This was not an easy feat. Between a full travel schedule and Lyne’s full-time job as an engineer, time comes at a premium. What they lack in time and resources they made up for in patience and planning.
“We buckled down, and we got all the equipment that we needed back, motors freshened, and things of that nature,” Lyne said about the mid-point of last season. “We were able to keep up with that. We just had a higher focus. I tried to reduce my hours at my day job as much as I possibly could while still maintaining what I need to get done at work. I got rid of a lot of the other distractions and got a more refined system in place at the shop.
“We did certain tasks on certain days so we had time to recover. We were on the road a little bit more, as opposed to coming home to the shop. So we had to be more prepared to stay out on those longer runs. It was just really staying on top of things a little more. It was a heightened sense.”
This was Lyne and Erb’s fourth full season with the Outlaws, but they’ve been on the road together for the last 21 seasons starting in 2001. Their partnership began with Lyne’s bravery. When one door closed, she was quick to open another. In 2001, Lyne’s dad was ready to stop racing. Her mother wanted to regain her weekends, but Lyne knew this was her life path and wasn’t prepared to lose it.
“I’ve always been a tomboy at heart,” Lyne said. “I watched racing with my dad. Growing up he watched NASCAR. In high school, I got tired of playing at the lake house, so I went to the local dirt track and fell in love with it. I just couldn’t get enough. It took a year for me to convince my dad to come to the track with me. He finally did and we sponsored a car that year, the following year he started to race limited cars. He ran hobby stocks and limited late models.”
At some point, Lyne and her father’s level of commitment drifted apart.
“He did it for about five years,” Lyne said. “And then my mom said: ‘I’m done racing. I want my weekends back. It’s just not fun anymore.’ I wasn’t ready to hang up my wenches and Dennis raced out of the same hometown so I, on a dare, went down and introduced myself; told him if you ever need any help, I’ll drill out rivets, I’ll help wash, whatever you need. Twenty-one years later here I am.”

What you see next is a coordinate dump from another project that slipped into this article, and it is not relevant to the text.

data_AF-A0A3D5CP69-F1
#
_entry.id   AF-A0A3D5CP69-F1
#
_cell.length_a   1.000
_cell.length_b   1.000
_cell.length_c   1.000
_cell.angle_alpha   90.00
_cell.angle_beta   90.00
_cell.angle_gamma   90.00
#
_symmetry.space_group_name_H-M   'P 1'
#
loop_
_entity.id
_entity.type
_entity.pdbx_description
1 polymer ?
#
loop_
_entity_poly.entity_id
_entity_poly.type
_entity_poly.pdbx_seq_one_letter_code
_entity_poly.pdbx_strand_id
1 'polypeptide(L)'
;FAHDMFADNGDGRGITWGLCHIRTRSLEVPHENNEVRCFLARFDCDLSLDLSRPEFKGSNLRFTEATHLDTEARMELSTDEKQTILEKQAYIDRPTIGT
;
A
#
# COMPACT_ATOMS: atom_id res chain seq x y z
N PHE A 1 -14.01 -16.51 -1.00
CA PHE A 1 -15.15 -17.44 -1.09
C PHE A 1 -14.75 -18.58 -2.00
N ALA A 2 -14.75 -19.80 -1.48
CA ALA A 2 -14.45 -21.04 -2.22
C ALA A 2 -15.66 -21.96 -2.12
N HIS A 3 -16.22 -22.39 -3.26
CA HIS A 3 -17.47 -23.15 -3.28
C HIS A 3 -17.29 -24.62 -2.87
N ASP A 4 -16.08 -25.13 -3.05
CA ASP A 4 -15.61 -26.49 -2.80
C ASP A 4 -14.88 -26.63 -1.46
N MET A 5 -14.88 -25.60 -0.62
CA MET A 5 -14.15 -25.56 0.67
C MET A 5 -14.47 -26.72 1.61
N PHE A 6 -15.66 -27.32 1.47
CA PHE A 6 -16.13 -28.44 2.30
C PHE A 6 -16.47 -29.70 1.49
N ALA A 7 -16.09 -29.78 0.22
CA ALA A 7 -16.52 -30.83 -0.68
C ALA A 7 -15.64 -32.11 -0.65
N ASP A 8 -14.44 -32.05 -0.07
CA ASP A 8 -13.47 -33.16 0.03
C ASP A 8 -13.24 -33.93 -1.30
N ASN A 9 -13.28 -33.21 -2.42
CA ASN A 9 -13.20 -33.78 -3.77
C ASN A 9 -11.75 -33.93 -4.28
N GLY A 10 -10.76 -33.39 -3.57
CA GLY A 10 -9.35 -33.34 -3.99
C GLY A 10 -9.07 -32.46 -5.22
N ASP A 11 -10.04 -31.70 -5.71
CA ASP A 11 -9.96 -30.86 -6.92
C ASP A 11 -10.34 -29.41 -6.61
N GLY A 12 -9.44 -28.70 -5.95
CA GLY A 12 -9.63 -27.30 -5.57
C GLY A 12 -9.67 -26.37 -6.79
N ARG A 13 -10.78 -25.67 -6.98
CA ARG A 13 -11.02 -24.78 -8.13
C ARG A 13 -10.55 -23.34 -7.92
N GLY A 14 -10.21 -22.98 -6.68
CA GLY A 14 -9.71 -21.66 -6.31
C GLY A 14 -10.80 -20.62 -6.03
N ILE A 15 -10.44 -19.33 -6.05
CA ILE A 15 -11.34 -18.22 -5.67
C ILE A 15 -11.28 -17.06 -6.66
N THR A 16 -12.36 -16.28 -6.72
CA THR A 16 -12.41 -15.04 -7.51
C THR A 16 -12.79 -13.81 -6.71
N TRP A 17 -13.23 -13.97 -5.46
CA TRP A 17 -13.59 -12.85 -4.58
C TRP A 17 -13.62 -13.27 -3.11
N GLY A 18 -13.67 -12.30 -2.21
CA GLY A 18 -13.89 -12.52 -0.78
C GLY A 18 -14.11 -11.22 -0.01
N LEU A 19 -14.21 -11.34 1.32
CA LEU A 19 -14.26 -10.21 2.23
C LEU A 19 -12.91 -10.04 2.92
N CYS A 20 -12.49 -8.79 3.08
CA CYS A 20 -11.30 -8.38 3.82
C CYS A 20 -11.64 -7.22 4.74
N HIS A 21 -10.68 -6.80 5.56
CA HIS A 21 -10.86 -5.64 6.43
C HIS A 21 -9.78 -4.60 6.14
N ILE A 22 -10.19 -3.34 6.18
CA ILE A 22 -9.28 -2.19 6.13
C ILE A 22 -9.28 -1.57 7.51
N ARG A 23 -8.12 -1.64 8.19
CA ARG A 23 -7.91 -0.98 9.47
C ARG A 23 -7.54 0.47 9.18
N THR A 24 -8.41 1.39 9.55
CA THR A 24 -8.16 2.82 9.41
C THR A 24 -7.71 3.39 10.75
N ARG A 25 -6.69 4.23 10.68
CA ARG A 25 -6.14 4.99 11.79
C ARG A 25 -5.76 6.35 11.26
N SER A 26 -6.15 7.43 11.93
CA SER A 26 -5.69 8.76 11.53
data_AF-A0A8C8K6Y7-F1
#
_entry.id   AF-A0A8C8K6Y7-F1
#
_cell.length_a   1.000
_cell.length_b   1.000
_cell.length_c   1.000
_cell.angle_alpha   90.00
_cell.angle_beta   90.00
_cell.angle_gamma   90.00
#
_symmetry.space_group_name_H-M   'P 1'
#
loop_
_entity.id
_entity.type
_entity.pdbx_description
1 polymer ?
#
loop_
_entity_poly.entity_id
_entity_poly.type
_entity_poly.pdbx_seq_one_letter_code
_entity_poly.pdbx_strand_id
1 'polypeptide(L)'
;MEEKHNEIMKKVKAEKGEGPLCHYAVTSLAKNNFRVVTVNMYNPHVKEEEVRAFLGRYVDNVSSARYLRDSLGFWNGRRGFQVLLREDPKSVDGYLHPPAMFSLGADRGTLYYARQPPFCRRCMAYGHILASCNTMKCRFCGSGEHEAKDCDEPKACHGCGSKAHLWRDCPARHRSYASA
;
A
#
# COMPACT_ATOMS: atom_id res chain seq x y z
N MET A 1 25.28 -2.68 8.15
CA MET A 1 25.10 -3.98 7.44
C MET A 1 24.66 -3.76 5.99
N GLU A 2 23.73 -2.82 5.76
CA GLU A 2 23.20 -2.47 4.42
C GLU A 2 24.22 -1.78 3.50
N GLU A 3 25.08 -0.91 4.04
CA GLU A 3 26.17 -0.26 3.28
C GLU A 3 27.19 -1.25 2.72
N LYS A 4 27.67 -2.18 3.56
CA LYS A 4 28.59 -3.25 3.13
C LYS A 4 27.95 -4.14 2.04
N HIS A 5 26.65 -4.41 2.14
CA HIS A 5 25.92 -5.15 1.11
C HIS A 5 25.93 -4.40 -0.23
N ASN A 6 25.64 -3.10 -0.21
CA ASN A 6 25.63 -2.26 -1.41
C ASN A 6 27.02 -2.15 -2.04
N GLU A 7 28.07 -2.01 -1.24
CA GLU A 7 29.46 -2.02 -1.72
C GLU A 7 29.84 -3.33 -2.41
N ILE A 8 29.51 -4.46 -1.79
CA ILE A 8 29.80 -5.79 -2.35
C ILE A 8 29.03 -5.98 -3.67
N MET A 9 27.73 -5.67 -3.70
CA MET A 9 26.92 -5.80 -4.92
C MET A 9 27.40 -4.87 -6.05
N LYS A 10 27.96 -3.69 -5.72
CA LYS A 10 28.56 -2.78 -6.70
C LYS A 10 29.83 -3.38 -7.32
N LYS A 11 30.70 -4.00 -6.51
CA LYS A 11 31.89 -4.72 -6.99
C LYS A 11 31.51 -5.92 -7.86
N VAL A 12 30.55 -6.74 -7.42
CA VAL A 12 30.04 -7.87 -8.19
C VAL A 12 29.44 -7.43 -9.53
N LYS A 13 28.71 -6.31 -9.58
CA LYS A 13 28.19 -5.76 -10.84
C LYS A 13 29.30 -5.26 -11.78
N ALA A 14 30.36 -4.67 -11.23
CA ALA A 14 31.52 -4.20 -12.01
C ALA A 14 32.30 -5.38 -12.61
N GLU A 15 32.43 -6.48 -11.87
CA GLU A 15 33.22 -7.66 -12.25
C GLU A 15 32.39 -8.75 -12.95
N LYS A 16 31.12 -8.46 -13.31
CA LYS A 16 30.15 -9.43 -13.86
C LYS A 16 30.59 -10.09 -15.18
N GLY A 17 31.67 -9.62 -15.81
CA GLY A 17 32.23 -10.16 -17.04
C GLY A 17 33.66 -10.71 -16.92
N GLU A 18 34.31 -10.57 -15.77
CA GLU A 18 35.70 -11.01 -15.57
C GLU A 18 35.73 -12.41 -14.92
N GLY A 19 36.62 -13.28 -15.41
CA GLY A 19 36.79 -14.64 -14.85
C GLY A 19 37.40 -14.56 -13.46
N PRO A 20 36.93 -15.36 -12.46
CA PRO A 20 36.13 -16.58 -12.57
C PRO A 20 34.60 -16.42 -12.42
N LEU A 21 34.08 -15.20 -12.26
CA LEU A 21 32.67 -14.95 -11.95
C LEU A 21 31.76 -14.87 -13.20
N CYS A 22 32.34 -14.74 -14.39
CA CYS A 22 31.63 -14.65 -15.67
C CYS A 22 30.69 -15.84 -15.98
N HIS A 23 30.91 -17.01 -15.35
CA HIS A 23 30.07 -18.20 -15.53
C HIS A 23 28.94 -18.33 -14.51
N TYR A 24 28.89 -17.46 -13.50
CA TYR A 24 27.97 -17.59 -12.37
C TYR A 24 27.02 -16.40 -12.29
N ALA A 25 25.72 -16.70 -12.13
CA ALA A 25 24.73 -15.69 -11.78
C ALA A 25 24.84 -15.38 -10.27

Lyne entered a male-dominated job in a field that is also male-dominated – and where there were few examples of women creating these places for themselves. In this way, Lyne became a blueprint for other women as they strive to find a place for themselves in racing and in STEM (Science, Technology, Engineering and Math) overall. She has her mother to thank for providing a strong role model, her father for sharing her passion, Erb for taking a chance on an unknow entity and most importantly herself.
“I was raised to believe that I can do anything, I want to do, as long as I put my heart and soul into it.” Lyne replied when asked about role models in the sport growing up. “My parents did not raise me to have that limitation. But from a racing role model perspective, I went in there completely green and just introduced myself to Dennis, the fact that he was brave enough to take that risk and bring a girl to the racetrack. Someone he didn’t know at all speaks volumes for him.”
Lyne and Erb have learned how to survive and succeed with each other on the road. They do this by leveraging decades of combined experience and an ability to adapt to the everchanging landscape of dirt late models. Next year the World of Outlaws visits nearly a dozen new tracks and Lyne sees it as an opportunity for continued success.
“I just want to do it again,” Lyne says going into next season, “I’m looking forward to the competition, I always do. I wouldn’t do it if I wasn’t competitively driven.
“There are some new tracks on the schedule that I’m looking forward to trying for the first time that I haven’t been to myself,” Lyne said of the 2023 season, “Dennis seems to do well on those first timers. We won out at Marion center, we finished second at Bloomsburg. We have a good solid notebook of information to tackle them over the last three years with these rocket race cars that we’re running. It’s good to have that information and leverage it to try some new things.”